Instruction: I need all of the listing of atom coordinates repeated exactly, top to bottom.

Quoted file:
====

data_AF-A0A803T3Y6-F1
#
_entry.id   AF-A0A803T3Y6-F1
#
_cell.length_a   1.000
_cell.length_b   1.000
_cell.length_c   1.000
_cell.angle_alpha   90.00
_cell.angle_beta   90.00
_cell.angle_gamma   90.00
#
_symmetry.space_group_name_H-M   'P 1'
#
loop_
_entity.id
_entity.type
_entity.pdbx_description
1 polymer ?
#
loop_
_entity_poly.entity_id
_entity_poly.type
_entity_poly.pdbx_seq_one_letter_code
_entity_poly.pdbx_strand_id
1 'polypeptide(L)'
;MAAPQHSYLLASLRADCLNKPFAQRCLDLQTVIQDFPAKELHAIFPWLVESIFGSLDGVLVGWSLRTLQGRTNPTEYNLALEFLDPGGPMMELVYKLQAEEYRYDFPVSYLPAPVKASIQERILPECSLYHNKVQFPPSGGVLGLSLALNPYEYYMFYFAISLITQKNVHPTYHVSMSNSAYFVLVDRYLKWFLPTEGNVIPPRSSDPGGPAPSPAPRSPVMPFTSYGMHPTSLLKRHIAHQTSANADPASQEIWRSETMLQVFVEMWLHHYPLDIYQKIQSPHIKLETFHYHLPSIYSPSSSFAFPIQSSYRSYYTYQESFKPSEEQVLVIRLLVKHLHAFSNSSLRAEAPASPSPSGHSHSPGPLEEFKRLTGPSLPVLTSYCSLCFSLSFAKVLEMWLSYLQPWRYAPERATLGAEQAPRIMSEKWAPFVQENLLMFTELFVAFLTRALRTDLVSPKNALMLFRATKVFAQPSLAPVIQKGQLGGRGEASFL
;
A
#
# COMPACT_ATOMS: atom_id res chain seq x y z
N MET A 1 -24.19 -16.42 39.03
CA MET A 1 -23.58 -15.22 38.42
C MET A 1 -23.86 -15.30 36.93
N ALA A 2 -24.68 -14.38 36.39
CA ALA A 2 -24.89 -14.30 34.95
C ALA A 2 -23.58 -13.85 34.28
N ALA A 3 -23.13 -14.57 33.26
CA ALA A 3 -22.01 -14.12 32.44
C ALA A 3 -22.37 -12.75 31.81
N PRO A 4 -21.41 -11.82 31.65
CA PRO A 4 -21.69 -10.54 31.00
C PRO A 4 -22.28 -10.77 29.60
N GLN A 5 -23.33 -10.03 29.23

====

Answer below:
data_AF-A0A803T3Y6-F1
#
_entry.id   AF-A0A803T3Y6-F1
#
_cell.length_a   1.000
_cell.length_b   1.000
_cell.length_c   1.000
_cell.angle_alpha   90.00
_cell.angle_beta   90.00
_cell.angle_gamma   90.00
#
_symmetry.space_group_name_H-M   'P 1'
#
loop_
_entity.id
_entity.type
_entity.pdbx_description
1 polymer ?
#
loop_
_entity_poly.entity_id
_entity_poly.type
_entity_poly.pdbx_seq_one_letter_code
_entity_poly.pdbx_strand_id
1 'polypeptide(L)'
;MAAPQHSYLLASLRADCLNKPFAQRCLDLQTVIQDFPAKELHAIFPWLVESIFGSLDGVLVGWSLRTLQGRTNPTEYNLALEFLDPGGPMMELVYKLQAEEYRYDFPVSYLPAPVKASIQERILPECSLYHNKVQFPPSGGVLGLSLALNPYEYYMFYFAISLITQKNVHPTYHVSMSNSAYFVLVDRYLKWFLPTEGNVIPPRSSDPGGPAPSPAPRSPVMPFTSYGMHPTSLLKRHIAHQTSANADPASQEIWRSETMLQVFVEMWLHHYPLDIYQKIQSPHIKLETFHYHLPSIYSPSSSFAFPIQSSYRSYYTYQESFKPSEEQVLVIRLLVKHLHAFSNSSLRAEAPASPSPSGHSHSPGPLEEFKRLTGPSLPVLTSYCSLCFSLSFAKVLEMWLSYLQPWRYAPERATLGAEQAPRIMSEKWAPFVQENLLMFTELFVAFLTRALRTDLVSPKNALMLFRATKVFAQPSLAPVIQKGQLGGRGEASFL
;
A
#
# COMPACT_ATOMS: atom_id res chain seq x y z
N MET A 1 -24.19 -16.42 39.03
CA MET A 1 -23.58 -15.22 38.42
C MET A 1 -23.86 -15.30 36.93
N ALA A 2 -24.68 -14.38 36.39
CA ALA A 2 -24.89 -14.30 34.95
C ALA A 2 -23.58 -13.85 34.28
N ALA A 3 -23.13 -14.57 33.26
CA ALA A 3 -22.01 -14.12 32.44
C ALA A 3 -22.37 -12.75 31.81
N PRO A 4 -21.41 -11.82 31.65
CA PRO A 4 -21.69 -10.54 31.00
C PRO A 4 -22.28 -10.77 29.60
N GLN A 5 -23.33 -10.03 29.23